• ITVI.USA
    15,433.470
    55.400
    0.4%
  • OTLT.USA
    2.727
    -0.016
    -0.6%
  • OTRI.USA
    20.850
    0.030
    0.1%
  • OTVI.USA
    15,408.360
    58.320
    0.4%
  • TSTOPVRPM.ATLPHL
    3.280
    -0.020
    -0.6%
  • TSTOPVRPM.CHIATL
    3.190
    0.050
    1.6%
  • TSTOPVRPM.DALLAX
    1.560
    -0.030
    -1.9%
  • TSTOPVRPM.LAXDAL
    3.420
    0.090
    2.7%
  • TSTOPVRPM.PHLCHI
    2.220
    0.050
    2.3%
  • TSTOPVRPM.LAXSEA
    4.080
    0.000
    0%
  • WAIT.USA
    126.000
    1.000
    0.8%
  • ITVI.USA
    15,433.470
    55.400
    0.4%
  • OTLT.USA
    2.727
    -0.016
    -0.6%
  • OTRI.USA
    20.850
    0.030
    0.1%
  • OTVI.USA
    15,408.360
    58.320
    0.4%
  • TSTOPVRPM.ATLPHL
    3.280
    -0.020
    -0.6%
  • TSTOPVRPM.CHIATL
    3.190
    0.050
    1.6%
  • TSTOPVRPM.DALLAX
    1.560
    -0.030
    -1.9%
  • TSTOPVRPM.LAXDAL
    3.420
    0.090
    2.7%
  • TSTOPVRPM.PHLCHI
    2.220
    0.050
    2.3%
  • TSTOPVRPM.LAXSEA
    4.080
    0.000
    0%
  • WAIT.USA
    126.000
    1.000
    0.8%
American Shipper

Justice wins procedural ruling in Agility case

Justice wins procedural ruling in Agility case

   The 11th Circuit Court of Appeals sided with the U.S. Justice Department last week in a procedural ruling in the alleged fraud case against the Kuwaiti logistics firm Agility.

   Agility and an affiliated company received $7.7 billion from prime vendor food contracts with the United States related to the delivery of food and warehousing in the Middle East.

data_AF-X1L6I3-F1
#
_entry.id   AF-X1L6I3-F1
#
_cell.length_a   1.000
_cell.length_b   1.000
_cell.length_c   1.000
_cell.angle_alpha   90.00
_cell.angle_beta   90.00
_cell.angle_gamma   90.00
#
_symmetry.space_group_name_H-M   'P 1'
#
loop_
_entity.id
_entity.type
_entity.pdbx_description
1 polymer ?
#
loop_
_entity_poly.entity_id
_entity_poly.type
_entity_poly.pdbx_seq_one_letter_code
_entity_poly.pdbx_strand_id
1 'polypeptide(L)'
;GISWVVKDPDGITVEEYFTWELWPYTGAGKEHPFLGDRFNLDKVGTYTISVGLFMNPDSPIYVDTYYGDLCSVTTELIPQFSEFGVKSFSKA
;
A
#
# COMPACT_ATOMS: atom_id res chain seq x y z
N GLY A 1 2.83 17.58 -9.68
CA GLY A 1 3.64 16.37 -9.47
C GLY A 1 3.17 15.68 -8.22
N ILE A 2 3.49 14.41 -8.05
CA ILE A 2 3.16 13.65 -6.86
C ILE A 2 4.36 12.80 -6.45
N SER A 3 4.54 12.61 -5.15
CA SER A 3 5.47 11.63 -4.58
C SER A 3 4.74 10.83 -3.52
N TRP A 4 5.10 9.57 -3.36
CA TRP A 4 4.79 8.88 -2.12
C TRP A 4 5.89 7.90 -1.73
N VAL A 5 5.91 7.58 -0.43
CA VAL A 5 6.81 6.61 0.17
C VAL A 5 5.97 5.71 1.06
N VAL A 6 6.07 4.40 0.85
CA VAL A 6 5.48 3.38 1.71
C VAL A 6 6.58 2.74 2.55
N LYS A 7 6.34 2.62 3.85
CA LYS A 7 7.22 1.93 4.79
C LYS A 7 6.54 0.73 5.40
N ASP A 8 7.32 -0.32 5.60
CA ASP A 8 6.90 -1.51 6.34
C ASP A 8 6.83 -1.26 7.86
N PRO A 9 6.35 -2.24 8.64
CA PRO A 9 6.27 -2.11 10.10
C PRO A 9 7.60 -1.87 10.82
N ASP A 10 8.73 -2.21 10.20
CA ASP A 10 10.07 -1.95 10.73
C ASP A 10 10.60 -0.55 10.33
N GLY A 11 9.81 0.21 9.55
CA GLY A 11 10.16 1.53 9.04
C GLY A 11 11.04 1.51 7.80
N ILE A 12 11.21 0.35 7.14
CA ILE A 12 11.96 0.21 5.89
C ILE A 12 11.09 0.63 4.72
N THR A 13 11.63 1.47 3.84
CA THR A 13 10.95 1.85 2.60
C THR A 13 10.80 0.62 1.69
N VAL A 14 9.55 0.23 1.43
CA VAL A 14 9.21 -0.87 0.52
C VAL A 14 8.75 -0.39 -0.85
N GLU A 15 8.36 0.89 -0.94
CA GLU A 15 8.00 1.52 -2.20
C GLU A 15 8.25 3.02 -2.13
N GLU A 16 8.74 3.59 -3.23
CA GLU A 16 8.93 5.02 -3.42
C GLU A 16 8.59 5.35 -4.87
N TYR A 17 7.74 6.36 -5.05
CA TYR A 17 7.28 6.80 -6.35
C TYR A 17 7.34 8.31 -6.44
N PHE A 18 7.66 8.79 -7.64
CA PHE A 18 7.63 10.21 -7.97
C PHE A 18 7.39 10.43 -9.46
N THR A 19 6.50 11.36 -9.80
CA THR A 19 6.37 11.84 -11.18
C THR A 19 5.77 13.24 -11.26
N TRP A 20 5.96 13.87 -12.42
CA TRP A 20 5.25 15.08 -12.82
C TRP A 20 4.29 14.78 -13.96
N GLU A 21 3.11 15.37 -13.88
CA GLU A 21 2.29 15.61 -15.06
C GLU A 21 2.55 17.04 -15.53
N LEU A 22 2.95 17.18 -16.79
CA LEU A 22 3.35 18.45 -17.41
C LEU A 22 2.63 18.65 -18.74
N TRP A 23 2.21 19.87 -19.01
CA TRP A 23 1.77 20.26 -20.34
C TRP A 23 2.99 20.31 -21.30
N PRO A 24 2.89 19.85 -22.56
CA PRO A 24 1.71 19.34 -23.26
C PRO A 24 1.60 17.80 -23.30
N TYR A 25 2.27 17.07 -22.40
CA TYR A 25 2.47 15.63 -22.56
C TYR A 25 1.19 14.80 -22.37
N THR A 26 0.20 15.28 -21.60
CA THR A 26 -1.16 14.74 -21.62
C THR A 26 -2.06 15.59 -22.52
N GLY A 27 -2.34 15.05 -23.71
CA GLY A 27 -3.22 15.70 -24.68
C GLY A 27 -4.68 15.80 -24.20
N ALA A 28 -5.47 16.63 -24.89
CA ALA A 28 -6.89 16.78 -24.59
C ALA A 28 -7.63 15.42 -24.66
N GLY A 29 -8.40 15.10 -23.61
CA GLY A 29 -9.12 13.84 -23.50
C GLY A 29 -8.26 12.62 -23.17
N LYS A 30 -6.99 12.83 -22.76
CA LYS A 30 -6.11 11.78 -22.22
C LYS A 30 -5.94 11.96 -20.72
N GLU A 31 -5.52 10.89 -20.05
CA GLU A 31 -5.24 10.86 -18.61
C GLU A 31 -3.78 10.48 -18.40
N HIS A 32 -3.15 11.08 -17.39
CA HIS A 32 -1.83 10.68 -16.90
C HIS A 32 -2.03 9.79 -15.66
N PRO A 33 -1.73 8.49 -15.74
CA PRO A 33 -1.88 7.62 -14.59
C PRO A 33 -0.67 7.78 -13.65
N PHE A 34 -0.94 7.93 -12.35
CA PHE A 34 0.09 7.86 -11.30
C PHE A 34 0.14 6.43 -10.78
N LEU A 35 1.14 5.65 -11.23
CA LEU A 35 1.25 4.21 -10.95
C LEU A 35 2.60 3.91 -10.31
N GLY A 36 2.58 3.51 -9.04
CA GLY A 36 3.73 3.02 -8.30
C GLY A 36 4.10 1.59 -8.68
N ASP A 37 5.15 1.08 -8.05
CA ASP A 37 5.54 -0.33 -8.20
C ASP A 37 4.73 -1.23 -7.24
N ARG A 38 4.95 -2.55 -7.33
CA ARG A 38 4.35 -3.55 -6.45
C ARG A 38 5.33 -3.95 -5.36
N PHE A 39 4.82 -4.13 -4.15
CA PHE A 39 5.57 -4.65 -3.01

In an ongoing criminal case, the 11th Circuit declined Agility's request for a review of a U.S. District Court ruling the Justice Department lawfully served the company with a notice of summons and indictment.

   The 11th Circuit said it lacked jurisdiction over the appeal and granted the government’s motion to dismiss the appeal.

   In a statement, Agility noted “the court did not examine the allegations against Agility or the question of whether the Justice Department acted lawfully and properly.”

   It said it “remains committed to trying to resolve the dispute through dialogue with the Justice Department, but is prepared to defend itself vigorously if those discussions are not fruitful.”

   Agility said it “continues to believe the case involves a civil contract dispute and should not be a criminal matter. Agility's prices, suppliers and business practices were disclosed to, approved and routinely reviewed by its U.S. government customer.”

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